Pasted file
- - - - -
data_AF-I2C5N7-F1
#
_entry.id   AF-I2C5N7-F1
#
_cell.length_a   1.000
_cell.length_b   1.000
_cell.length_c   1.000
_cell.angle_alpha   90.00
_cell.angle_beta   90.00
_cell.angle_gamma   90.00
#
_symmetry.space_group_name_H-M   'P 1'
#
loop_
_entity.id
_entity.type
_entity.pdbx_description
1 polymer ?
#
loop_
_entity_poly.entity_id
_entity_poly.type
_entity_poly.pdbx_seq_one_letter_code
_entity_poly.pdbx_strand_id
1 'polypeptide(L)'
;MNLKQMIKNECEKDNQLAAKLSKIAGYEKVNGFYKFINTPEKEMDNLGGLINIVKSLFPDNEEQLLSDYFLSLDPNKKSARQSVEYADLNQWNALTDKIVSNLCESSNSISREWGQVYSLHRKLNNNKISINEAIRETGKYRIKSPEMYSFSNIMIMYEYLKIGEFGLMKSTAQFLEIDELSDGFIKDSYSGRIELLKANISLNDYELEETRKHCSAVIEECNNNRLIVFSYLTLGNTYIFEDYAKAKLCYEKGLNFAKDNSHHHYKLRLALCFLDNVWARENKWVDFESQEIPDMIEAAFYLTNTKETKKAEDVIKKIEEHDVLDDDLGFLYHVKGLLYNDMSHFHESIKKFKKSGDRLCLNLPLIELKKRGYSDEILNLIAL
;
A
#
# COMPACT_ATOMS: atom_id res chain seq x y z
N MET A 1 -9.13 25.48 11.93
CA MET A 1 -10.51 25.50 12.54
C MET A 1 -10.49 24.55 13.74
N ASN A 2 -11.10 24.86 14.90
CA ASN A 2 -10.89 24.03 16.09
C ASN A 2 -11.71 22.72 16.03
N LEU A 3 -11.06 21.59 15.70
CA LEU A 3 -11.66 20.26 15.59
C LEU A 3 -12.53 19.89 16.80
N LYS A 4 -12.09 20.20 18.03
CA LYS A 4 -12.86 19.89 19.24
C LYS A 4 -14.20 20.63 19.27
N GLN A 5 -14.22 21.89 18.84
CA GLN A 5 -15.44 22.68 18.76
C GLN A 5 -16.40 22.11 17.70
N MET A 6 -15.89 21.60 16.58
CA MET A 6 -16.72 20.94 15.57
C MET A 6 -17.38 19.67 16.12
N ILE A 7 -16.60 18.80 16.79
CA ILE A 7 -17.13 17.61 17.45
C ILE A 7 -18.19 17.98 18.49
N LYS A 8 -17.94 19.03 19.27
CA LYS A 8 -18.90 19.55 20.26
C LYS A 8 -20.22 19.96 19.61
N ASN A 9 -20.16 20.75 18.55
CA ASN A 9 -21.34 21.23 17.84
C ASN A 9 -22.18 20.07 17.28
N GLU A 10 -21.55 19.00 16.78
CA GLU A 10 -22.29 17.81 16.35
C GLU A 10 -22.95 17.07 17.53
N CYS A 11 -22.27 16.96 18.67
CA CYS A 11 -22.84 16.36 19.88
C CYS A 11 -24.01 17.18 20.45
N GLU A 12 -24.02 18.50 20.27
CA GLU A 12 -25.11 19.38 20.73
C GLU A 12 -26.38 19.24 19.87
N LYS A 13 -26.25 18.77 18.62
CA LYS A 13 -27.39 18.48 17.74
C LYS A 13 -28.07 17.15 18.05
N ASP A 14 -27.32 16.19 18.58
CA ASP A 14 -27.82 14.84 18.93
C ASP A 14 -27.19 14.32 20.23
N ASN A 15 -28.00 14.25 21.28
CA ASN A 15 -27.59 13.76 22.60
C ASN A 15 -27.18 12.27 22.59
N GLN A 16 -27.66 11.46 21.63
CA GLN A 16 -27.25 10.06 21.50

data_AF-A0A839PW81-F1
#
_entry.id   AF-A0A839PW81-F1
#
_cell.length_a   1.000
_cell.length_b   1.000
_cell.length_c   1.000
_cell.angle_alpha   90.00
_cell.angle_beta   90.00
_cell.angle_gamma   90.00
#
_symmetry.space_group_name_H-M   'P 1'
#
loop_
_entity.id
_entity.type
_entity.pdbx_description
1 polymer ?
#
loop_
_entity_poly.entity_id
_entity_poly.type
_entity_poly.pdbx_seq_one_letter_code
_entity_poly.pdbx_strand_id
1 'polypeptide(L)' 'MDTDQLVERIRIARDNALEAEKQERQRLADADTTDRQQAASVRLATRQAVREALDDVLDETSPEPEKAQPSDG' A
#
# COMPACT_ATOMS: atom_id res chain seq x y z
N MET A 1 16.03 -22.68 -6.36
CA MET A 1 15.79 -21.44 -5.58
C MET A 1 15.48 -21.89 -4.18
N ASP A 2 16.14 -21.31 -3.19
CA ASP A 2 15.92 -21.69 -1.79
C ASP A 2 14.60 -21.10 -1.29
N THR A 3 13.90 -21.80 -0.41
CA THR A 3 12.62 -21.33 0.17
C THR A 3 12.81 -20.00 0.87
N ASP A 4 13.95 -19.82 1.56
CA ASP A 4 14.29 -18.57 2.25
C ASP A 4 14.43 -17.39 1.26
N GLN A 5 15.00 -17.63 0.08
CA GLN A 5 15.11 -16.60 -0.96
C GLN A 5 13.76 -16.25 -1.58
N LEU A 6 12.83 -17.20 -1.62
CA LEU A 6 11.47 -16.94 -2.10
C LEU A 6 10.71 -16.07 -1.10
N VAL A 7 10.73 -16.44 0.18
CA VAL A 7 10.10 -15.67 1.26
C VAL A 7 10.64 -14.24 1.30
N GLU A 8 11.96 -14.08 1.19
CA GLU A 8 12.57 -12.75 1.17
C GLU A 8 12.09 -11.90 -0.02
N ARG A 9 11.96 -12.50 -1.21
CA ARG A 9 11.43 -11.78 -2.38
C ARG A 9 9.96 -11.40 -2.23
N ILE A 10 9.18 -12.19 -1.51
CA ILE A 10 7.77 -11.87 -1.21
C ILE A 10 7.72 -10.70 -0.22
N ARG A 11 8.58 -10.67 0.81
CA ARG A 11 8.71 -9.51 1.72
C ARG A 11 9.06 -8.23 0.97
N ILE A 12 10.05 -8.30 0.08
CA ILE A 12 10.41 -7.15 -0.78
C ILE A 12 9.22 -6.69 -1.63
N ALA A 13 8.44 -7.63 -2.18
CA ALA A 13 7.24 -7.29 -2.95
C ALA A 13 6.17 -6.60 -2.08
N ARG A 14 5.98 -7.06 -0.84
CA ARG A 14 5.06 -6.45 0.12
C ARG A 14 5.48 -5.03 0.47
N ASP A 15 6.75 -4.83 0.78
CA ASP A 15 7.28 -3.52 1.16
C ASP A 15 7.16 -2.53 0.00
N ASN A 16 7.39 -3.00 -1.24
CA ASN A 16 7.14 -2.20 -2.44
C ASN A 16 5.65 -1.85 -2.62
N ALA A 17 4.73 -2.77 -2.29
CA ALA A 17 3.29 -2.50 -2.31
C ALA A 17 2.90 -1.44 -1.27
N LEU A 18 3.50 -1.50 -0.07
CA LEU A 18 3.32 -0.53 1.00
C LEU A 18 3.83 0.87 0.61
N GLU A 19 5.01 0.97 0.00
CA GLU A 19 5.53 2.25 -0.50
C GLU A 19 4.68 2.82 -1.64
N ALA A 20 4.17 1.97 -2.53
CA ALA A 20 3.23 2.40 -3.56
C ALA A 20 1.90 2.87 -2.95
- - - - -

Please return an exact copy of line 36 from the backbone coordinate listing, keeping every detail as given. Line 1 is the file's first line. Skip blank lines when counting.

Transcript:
C ASN A 2 -11.71 22.72 16.03